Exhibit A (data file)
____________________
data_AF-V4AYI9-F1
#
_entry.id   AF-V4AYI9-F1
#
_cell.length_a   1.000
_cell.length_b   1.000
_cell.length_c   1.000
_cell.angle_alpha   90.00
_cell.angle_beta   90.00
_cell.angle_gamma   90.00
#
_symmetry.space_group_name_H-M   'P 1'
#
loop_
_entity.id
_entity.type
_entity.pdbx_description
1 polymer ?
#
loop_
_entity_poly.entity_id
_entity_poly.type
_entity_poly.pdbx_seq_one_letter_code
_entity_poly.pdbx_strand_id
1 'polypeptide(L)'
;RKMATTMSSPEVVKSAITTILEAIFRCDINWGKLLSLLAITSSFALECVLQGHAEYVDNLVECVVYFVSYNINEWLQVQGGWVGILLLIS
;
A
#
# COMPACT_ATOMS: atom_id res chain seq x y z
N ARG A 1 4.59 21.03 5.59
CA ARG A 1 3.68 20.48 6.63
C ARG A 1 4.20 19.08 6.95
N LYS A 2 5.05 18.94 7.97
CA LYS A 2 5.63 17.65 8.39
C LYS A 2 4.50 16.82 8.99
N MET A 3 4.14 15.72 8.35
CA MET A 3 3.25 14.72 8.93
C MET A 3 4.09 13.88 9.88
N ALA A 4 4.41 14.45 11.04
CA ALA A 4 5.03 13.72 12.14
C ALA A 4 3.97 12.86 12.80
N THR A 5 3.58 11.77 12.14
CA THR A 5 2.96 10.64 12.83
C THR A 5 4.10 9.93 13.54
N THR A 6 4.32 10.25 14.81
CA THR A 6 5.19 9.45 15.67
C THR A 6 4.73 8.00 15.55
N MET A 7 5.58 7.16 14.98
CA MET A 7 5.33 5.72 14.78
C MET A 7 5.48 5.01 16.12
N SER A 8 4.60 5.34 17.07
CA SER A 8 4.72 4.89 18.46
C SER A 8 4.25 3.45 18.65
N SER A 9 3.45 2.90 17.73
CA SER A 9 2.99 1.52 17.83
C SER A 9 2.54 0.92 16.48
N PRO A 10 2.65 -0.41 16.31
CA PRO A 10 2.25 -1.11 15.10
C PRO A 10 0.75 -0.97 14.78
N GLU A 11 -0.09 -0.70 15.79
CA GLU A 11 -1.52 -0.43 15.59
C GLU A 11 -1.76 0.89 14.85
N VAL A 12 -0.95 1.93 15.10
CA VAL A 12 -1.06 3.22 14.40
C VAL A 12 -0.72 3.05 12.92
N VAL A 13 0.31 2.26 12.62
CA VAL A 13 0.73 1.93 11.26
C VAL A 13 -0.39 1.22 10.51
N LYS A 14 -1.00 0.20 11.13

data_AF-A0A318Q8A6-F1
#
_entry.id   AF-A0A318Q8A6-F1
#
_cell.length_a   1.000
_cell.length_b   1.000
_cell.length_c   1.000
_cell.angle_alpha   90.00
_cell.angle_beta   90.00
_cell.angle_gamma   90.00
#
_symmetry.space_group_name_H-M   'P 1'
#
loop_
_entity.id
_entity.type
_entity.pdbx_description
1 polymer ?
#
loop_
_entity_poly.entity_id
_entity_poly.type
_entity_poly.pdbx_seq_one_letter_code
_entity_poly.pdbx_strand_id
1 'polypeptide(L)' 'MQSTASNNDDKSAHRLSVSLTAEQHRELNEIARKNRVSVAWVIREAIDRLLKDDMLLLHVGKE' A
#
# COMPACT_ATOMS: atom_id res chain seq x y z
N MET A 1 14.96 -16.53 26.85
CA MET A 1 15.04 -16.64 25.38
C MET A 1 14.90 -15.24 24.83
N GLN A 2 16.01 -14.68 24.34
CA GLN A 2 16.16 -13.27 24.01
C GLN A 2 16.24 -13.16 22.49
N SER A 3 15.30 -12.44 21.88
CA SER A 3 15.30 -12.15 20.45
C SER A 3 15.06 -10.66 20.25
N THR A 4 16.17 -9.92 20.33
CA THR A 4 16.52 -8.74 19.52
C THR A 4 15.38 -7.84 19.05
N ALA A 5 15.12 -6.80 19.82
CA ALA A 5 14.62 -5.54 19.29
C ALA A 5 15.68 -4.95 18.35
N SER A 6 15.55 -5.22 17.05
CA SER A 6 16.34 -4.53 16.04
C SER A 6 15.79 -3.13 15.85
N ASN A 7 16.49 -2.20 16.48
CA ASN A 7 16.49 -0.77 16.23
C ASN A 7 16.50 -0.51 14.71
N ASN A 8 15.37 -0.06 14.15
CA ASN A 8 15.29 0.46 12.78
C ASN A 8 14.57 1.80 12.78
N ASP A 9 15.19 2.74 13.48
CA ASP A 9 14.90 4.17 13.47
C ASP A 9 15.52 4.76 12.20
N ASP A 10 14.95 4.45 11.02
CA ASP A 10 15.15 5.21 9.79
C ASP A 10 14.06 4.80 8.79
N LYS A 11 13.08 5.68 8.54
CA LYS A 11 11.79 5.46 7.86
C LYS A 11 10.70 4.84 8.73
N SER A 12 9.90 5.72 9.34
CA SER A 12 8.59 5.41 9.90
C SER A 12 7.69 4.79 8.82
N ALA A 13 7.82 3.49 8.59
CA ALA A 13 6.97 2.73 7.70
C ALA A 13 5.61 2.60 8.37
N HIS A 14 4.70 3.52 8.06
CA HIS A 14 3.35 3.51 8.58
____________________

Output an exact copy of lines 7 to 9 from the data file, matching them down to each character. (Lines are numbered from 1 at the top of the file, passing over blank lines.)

_cell.length_c   1.000
_cell.angle_alpha   90.00
_cell.angle_beta   90.00